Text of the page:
Wednesday, 3 February 2016

Come along for a ride?

Or maybe I should say come along for a swim.

Seahorses to me are magical creatures so on a recent visit to Hawaii I was thrilled for an opportunity to see them up close at the Ocean Rider Seahorse Farm.

Ocean Riders Vision Statement:
"To inspire ocean awareness by saving the endangered seahorses from extinction through education and propagation."

"The seahorse has and extraordinary biology with the head of a horse, tail of a monkey, a kangaroo like pouch and a true male pregnancy. The seahorse was once found in all colours and sizes, in coral reefs and sea grass beds all over the world. Today, overfishing from pet and medicine trade, habitat destruction and pollution, has put the seahorse on the edge of extinction."

There is a very interesting guided tour at the Ocean Rider Seahorse Farm; here are a few pictures I took and recollections from my visit.
The seahorse farm raises about two dozen species of seahorses. In the wild the survival rate for baby seahorses is 1 in a 1000; at the farm there is about a 50 percent survival rate.

Seahorses mate for life and love to cling to each other and anything else in their environment.

They move around with their tiny dorsal fin, but don't move very fast, they can easily be swept away by currents so they cling for safety.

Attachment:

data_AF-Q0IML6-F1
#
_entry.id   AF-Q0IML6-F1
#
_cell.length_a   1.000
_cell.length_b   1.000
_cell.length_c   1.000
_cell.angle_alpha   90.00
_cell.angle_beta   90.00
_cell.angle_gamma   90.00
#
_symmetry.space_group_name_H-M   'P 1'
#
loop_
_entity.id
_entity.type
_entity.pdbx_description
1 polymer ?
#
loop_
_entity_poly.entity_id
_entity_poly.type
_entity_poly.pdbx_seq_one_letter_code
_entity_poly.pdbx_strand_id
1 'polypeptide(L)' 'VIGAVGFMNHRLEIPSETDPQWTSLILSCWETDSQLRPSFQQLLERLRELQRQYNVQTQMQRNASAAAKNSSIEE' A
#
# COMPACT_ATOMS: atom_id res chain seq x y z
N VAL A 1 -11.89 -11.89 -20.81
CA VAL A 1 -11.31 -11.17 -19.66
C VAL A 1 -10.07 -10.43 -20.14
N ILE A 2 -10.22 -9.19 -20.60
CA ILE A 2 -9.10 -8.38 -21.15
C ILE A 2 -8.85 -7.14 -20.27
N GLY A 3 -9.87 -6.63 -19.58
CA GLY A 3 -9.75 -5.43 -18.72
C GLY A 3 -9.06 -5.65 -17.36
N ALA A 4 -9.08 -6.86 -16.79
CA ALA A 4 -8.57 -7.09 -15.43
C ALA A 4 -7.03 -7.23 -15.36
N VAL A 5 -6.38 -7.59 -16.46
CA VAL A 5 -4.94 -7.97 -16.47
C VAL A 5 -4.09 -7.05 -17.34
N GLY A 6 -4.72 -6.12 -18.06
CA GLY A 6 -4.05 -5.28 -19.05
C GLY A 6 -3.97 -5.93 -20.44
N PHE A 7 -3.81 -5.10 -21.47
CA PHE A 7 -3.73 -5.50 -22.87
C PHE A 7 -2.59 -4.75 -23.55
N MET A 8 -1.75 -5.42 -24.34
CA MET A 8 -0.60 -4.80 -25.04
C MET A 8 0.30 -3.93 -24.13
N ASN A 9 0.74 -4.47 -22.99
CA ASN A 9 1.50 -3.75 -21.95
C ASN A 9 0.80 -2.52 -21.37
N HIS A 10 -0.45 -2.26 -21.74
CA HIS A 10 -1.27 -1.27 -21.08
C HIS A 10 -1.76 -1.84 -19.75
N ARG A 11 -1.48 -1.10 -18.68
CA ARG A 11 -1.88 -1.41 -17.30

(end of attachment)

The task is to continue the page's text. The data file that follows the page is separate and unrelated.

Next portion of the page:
They eat tiny shrimp, they don't chew them, instead they suck them into their mouth as through a straw.
The top seahorse in the next picture has a prominent pouch, this is a pregnant male seahorse. The female seahorse lays eggs in the pouch and the male fertilizes them, as the babies mature inside the pouch it swells and after about a month in the pouch the babies are squirted out in small batches. The babies are no bigger that the end of my finger, and in nature the babies are left to fend for themselves.

My favorite part of the tour was at the end when we were allowed to "hold" a seahorse, or more precisely the seahorse held onto us.

The seahorse farm also has a pair of Sea Dragons (from GB Reef in Australia).
Since we were not allowed to photograph them here are some images I got off the web:
These are Weedy Sea Dragons

 I hope you have enjoyed my seahorse tale, thanks for dropping by.

I appreciate and thrive on your feedback.

Here is a ink and watercolour sketch I did while I was in Hawaii:
That's all for this week,  
happy Wednesday, with whimsy,